I listened to a writer describe, as only a word painter can, the ordinary beauty of an Australian rural landscape. I thought of my friend who had a year teaching in Australia and the life altering impact it had on her. At the time, I thought, she was destined to return when she was ready to reclaim that true life thread of her destiny, the one that ultimately would bring her most joy. But how was that unlike my own attachment to Rome? I jest that I lived for 6 months there and never got over it. I have always believed I would return some day and relive that time and the mosaic of emotions and experiences. But today I clearly understood that I can no more relive that time than I could relive any other moment. It was thinking about my friend that opened my eyes from the trance of nostalgia. My friend and I have not remained static any more than those beloved places have. We have grown. Returning to those places is possible but not to the time,  just as we can return to places of our childhood, but not to being children.  To expect that we can, invites grave disappointment.  The longing is what is to be given up. It is ok to swim in the memories that make us happy. But there is a distinct physical sensation to a contented sigh of happy recall that differs dramatically from the ache of longing.  The ache of longing seems to me to be associated with loss and a desire to recapture that loss. Usually, it is about a view of the past as representing positive emotions, including freedom. We, of course, never lose the experiences. They are ours forever. But what we are really mourning is not the loss, but the lack. And upon closer and truer inspection, we find that the memories of the experience we crave are not all positive. The experiences that impact us the most are the ones that we might judge as both positive and negative. In fact they are more positive, and more negative than the scale of our lives previously measured. So what is significant about those times (not necessarily places) is the expansion of our experiences, pushing the boundaries in ourselves to greater highs and deeper lows. What we crave is not the familiar territory of old haunts but the yet unexplored horizons of ourselves. One might revisit with the anticipation of discovering the place anew, open and fresh. But why? There are so many wondrous places yet to discover. I think a definition of a mid life crisis is when we wake up to the overwhelming complacency of our lives. We go to a great deal of trouble and expense ( on many levels) to increase our comfort and convenience but grow less and less content. I’m not advocating adversity but perhaps I am advocating diversity and perhaps a faith in the unknown, the uncomfortable and unfamiliar. I believe our joy comes from meaning we make of our experiences. It is a risk for sure but one that paradoxically has a guaranteed payoff.  The growing pains are worth it.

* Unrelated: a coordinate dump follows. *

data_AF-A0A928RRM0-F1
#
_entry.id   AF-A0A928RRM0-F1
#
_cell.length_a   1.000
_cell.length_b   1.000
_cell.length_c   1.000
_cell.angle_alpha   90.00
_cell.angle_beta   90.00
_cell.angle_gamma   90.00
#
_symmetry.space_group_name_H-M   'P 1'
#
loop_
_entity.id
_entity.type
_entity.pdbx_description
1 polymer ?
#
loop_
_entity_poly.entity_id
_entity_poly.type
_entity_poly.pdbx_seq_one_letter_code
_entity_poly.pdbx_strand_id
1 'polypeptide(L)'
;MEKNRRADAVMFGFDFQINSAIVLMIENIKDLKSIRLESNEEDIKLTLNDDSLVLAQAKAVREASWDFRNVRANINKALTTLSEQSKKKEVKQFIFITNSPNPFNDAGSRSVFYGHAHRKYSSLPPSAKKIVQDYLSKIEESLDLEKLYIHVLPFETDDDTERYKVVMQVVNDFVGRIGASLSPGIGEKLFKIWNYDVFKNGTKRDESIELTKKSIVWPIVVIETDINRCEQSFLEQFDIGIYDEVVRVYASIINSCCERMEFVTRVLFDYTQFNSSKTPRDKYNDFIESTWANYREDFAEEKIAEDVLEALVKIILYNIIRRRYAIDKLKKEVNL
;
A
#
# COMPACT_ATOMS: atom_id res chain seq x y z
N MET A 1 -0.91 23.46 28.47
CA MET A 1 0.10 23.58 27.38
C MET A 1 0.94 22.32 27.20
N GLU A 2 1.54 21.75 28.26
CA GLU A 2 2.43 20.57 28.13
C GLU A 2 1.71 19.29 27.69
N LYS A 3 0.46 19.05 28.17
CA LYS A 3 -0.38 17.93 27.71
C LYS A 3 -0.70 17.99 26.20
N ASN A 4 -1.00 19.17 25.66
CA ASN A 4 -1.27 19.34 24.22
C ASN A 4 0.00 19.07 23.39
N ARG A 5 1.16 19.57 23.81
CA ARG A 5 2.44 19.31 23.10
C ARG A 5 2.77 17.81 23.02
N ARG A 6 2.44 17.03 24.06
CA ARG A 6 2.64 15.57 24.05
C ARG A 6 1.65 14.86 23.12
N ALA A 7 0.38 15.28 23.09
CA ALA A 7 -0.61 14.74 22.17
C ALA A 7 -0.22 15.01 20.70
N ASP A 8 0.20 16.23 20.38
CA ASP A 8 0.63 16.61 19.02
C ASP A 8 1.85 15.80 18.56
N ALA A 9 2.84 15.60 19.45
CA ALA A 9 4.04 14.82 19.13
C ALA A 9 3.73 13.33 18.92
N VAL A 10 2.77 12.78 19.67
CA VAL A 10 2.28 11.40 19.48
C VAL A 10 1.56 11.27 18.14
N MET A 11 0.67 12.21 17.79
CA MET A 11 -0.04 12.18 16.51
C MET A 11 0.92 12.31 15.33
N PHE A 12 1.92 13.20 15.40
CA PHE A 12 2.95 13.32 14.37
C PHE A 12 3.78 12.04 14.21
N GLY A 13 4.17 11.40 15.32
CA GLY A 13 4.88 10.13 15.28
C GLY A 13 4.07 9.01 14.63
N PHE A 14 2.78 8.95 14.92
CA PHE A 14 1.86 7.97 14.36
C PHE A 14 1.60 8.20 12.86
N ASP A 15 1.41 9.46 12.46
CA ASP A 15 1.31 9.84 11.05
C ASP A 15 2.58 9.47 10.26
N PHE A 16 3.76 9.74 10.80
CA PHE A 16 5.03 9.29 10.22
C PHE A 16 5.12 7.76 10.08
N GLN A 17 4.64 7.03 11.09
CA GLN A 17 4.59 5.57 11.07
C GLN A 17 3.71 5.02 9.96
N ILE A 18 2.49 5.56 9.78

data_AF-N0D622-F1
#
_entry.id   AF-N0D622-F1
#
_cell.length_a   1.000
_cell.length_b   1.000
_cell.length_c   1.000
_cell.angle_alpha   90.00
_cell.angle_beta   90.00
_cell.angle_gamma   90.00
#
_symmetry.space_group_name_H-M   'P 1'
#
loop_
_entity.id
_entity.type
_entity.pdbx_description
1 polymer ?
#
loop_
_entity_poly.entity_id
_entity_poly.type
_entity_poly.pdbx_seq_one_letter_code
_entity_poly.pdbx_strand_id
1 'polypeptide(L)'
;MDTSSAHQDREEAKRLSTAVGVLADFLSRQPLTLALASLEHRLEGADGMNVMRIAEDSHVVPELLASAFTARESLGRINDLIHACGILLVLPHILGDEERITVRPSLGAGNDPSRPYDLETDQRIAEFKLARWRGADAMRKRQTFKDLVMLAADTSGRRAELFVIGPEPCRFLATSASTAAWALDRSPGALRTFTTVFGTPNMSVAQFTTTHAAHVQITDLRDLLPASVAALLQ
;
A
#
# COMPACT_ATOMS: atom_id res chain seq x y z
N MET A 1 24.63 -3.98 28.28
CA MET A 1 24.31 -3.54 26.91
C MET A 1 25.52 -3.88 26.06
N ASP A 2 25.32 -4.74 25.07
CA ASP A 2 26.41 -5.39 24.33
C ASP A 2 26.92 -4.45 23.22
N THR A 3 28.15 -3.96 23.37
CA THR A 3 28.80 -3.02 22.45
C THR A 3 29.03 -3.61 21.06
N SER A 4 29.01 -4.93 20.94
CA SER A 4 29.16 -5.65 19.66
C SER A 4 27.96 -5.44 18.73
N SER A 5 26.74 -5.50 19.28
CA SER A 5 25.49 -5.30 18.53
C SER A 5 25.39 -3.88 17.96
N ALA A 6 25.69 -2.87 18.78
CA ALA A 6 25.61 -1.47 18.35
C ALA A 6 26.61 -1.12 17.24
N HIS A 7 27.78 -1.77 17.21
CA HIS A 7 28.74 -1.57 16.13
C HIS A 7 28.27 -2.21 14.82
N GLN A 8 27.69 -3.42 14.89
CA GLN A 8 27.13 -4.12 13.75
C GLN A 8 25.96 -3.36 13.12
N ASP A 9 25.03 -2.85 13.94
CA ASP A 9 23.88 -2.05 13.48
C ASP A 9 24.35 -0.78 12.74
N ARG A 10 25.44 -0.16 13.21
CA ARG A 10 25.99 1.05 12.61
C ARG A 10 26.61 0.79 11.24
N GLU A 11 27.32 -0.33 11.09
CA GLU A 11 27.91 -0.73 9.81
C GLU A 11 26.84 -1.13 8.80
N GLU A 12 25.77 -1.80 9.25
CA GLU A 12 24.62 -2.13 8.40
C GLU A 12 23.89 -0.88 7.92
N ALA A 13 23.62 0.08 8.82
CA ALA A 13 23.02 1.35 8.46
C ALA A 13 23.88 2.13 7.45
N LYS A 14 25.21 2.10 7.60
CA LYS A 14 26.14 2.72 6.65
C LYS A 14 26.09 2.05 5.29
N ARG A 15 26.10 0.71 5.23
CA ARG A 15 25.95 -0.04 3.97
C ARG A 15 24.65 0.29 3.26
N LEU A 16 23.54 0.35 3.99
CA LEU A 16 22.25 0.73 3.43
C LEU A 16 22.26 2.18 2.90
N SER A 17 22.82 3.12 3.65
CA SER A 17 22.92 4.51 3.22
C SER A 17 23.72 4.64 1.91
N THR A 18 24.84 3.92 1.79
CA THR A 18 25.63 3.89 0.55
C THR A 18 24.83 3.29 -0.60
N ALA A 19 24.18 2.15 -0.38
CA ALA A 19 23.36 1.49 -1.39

Keep the faith.  December blessings, All.


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